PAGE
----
Yeasterday's Hearing:House Subcommittee on Financial Institutions and Consumer Credit:"Subprime and Predatory Mortgage Lending..."
Call it like it is! Yesterday, the House Subcommittee on Financial Institutions and Consumer Credit had a hearing on "Subprime and Predatory Mortgage Lending: New Regulatory Guidance, Current Market Conditions and Effects on Regulated Financial Institutions. Among the
Witness List & Prepared Testimony:
Panel One: The Honorable Sheila Bair, Chairman, Federal Deposit Insurance Corporation • The Honorable John Reich, Director, Office of Thrift Supervision • The Honorable JoAnn Johnson, Chairman, National Credit Union Administration • Mr. E. Wayne Rushton, Senior Deputy Comptroller, Office of the Comptroller of the Currency • Ms. Sandra F. Braunstein, Director, Division of Consumer and Community Affairs, Federal Reserve Board • Mr. Steve Antonakes, Commissioner of Banks, Massachusetts Division of Banks, on behalf of Conference of State Banking Supervisors
Panel Two: Mr. Michael Calhoun, President, Center for Responsible Lending • Mr. John Taylor, President & CEO, National Community Reinvestment Coalition • Mr. Allen Fishbein, Director of Housing and Credit Policy, Consumer Federation of America • Mr. John Robbins, Chairman, Mortgage Bankers Association • Mr. Harry H. Dinham, CMC, President, National Association of Mortgage Brokers • Mr. Alex J. Pollock, Resident Fellow, American Enterprise Institute
Available Member Statements: Congresswoman Brown-Waite, Congressman Gilmor
In her remarks, the Honorable Sheila Bair, Chairman of the FDIC said "...... To be sure, many subprime borrowers have benefited from the expansion of mortgage credit. However, rather than building wealth, many other borrowers are struggling to keep their homes. Many subprime borrowers have little financial cushion in the event of personal emergencies or economic downturns. In addition, many subprime borrowers have been the targets of practices that are highly troubling, if not predatory."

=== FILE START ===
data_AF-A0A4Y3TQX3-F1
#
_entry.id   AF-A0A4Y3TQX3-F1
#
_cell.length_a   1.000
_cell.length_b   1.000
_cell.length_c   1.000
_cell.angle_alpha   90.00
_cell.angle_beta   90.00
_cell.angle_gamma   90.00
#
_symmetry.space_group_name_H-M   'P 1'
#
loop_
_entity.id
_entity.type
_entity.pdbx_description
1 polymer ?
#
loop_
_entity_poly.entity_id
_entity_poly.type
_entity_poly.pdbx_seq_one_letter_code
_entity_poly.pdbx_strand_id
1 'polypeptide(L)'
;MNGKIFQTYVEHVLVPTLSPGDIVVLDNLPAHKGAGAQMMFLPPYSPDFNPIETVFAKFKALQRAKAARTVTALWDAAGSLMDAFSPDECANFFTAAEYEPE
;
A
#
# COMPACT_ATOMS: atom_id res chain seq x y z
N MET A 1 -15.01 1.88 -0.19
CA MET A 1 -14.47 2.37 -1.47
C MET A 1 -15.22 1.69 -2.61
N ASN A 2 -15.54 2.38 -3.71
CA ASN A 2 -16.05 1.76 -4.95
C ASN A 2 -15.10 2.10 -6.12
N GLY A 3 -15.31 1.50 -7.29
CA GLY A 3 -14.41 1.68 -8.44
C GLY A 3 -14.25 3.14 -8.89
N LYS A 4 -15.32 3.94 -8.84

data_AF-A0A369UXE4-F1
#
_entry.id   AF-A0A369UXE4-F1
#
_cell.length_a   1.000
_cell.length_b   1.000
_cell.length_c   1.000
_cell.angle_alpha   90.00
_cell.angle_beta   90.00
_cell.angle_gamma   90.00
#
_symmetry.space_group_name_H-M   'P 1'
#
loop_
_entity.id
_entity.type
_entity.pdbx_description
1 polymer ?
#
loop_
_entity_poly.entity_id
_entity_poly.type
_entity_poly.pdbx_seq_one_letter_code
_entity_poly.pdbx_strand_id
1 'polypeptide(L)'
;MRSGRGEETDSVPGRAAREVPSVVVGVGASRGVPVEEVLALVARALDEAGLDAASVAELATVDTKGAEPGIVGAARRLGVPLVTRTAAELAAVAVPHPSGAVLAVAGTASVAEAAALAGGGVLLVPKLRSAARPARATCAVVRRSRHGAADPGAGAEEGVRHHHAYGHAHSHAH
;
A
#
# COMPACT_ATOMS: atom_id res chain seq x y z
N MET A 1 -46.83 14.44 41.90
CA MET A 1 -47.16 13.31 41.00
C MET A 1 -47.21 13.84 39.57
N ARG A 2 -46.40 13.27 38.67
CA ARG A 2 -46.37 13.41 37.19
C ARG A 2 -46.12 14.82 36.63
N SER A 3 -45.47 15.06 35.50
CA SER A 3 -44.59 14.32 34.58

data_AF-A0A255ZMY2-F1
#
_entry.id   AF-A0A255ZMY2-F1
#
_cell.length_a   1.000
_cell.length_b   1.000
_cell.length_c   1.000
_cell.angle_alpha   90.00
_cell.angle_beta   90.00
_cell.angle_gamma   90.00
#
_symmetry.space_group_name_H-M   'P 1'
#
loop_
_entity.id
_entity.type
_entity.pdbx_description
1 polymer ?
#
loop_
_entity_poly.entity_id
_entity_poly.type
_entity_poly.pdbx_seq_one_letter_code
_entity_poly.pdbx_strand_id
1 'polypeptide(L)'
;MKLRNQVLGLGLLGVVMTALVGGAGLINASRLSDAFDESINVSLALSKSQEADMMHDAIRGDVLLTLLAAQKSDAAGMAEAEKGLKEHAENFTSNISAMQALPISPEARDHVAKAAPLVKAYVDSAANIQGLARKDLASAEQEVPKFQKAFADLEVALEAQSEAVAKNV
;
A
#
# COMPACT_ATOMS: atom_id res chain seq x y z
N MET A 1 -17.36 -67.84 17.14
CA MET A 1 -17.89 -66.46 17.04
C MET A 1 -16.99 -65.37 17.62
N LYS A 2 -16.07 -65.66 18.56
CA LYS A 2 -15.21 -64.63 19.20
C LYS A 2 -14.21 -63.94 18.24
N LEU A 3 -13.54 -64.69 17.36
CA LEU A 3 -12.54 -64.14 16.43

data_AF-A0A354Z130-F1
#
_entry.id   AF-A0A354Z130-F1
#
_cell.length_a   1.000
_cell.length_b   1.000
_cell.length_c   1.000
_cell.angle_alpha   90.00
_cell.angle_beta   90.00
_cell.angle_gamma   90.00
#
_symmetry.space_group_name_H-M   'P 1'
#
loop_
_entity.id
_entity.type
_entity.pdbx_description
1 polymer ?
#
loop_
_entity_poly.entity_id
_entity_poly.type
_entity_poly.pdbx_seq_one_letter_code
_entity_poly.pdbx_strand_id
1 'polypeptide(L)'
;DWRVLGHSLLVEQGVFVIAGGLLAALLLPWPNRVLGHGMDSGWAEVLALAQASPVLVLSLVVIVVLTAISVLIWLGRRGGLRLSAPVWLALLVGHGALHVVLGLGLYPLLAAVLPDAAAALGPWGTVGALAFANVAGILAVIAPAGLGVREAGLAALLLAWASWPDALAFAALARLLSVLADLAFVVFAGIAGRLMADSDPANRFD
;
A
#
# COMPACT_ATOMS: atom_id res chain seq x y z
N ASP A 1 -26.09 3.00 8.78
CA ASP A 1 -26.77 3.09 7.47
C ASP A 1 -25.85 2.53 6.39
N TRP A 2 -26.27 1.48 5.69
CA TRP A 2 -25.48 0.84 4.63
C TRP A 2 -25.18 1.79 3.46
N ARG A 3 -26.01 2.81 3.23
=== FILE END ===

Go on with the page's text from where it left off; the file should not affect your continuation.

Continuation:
[Text emphasis is mine.]
"Repeat refinancings have taken equity from their homes and adjustable rate features have challenged their ability to continue making payments. In previous years, many of these borrowers could have refinanced their mortgages or sold their homes at a profit to repay their debt in full. Now, as home prices have stagnated or even declined in many areas of the country, more borrowers find themselves trapped in mortgages they cannot afford to pay. Abusive lending practices that result in home ownership that builds debt rather than wealth harm not only individual consumers, but undermine the important societal benefits of home ownership...."
For a full copy of her testimony, which is worthwhile reading,or any of the other witnesses at the hearing, click on her link, above.
I hinted at this last week , only not too many people were willing to say that the real issue are the practices, legal or otherwise, that have brought this about.
In an article in today's Boston Globe on the hearing, columnist Kimberly Blanton writes about one woman who ".. learned at the closing, she told the committee, her mortgage payment would be $1000 higher than she had been promised by the broker, a friend of her boyfriend"..
[Text emphasis is mine.]
Obviously this isn't over. What legislation or regulation should there be to prevent this from reoccuring? What should and can be done for those who went into these loans without fully understanding the consequences? And perhaps lastly, what action might be taken with those who knowingly created this situation?